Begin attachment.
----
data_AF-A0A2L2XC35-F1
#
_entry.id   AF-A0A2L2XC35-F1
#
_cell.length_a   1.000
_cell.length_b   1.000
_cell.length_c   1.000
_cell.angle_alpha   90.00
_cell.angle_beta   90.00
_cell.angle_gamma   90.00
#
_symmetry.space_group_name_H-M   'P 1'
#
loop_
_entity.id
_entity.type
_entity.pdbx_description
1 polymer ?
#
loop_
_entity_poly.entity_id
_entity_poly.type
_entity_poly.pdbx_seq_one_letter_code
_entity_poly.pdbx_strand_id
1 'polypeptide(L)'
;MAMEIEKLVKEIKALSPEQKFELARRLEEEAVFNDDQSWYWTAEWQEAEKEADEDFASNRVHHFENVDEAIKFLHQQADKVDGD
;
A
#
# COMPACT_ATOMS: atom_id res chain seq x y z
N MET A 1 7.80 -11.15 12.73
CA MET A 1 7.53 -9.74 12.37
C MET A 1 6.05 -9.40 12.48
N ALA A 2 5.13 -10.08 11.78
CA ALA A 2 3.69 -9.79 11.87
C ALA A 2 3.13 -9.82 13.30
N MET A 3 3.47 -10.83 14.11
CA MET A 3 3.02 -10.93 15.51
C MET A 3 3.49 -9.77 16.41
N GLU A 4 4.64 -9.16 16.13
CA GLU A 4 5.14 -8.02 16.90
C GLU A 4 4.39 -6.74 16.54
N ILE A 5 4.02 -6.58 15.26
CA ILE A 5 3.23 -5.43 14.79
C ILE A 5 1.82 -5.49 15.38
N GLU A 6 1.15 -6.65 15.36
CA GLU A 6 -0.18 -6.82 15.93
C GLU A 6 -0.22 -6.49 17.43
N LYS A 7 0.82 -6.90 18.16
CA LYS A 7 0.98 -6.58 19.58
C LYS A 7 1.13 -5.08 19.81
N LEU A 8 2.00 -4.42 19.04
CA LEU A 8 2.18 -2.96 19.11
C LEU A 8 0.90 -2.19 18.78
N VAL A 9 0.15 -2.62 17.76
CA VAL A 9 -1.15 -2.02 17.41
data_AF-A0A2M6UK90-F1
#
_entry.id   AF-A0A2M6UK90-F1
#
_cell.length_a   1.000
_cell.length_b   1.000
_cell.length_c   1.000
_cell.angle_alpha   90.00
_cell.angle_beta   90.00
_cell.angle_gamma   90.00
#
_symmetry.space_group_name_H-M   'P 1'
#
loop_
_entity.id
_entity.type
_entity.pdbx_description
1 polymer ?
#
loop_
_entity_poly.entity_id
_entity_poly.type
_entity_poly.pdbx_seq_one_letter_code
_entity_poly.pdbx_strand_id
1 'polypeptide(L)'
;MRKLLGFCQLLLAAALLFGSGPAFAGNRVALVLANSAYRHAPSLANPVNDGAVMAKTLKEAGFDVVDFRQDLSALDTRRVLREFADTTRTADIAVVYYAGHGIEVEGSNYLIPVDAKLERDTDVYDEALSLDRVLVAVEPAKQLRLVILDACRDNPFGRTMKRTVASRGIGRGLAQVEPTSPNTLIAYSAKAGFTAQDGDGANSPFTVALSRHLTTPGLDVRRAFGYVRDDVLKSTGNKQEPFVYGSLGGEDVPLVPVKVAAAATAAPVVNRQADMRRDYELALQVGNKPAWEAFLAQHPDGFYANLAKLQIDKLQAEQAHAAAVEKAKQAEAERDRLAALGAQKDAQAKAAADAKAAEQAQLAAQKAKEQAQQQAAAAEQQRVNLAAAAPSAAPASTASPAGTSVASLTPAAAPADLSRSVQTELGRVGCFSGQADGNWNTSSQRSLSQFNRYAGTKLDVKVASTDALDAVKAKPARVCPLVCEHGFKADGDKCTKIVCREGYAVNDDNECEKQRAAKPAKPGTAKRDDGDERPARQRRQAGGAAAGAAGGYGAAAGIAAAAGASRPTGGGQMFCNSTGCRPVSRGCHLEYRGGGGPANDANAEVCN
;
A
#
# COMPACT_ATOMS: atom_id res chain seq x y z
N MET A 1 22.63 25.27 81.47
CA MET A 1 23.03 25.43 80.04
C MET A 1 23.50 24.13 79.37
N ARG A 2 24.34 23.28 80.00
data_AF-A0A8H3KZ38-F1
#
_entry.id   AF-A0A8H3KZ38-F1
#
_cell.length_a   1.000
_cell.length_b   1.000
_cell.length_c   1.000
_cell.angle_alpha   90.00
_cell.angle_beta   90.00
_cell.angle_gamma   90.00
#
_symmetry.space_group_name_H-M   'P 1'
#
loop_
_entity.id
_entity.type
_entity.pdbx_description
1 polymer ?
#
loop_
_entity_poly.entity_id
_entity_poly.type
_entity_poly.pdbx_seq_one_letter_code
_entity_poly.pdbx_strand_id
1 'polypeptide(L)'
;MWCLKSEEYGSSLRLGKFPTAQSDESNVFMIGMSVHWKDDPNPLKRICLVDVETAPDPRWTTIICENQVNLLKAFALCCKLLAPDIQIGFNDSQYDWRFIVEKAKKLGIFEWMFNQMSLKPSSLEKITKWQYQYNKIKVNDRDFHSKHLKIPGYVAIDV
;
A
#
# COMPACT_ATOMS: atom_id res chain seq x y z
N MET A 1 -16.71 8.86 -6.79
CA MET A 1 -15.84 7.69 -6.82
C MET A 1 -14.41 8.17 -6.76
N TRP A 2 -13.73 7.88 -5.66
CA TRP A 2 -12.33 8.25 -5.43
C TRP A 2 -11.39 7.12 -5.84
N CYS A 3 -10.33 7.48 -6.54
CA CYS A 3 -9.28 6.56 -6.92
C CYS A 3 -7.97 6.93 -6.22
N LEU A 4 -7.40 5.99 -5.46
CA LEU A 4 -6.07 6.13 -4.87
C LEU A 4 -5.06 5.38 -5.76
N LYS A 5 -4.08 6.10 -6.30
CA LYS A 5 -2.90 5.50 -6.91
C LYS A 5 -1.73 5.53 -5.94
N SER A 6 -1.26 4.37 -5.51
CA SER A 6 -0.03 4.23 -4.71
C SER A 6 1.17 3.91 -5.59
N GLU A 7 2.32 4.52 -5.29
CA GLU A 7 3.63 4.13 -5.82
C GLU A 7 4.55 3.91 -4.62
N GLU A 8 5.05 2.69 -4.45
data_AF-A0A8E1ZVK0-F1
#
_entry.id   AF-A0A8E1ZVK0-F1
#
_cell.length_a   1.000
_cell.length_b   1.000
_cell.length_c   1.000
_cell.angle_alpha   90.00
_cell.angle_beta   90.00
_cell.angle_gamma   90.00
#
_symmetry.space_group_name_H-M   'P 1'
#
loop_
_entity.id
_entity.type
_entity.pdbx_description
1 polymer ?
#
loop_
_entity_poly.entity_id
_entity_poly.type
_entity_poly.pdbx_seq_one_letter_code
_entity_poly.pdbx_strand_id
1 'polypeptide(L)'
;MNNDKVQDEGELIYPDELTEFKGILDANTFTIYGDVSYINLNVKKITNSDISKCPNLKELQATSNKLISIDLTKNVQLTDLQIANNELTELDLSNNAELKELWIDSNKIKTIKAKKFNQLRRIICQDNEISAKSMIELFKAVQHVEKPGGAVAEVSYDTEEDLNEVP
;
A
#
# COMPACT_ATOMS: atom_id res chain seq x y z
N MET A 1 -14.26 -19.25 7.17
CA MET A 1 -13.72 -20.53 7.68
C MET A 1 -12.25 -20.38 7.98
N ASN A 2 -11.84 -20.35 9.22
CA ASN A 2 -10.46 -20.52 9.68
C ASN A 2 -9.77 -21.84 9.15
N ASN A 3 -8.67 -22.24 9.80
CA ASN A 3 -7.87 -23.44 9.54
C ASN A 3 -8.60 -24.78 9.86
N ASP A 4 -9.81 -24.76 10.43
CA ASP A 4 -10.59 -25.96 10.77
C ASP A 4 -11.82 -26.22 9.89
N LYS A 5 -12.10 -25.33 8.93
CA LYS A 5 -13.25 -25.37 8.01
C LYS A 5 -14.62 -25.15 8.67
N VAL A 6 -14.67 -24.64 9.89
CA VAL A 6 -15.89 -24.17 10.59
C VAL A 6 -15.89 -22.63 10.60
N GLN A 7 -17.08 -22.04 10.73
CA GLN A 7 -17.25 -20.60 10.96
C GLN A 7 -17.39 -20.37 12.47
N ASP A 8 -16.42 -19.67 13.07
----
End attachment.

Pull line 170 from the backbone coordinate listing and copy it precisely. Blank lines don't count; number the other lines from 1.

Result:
A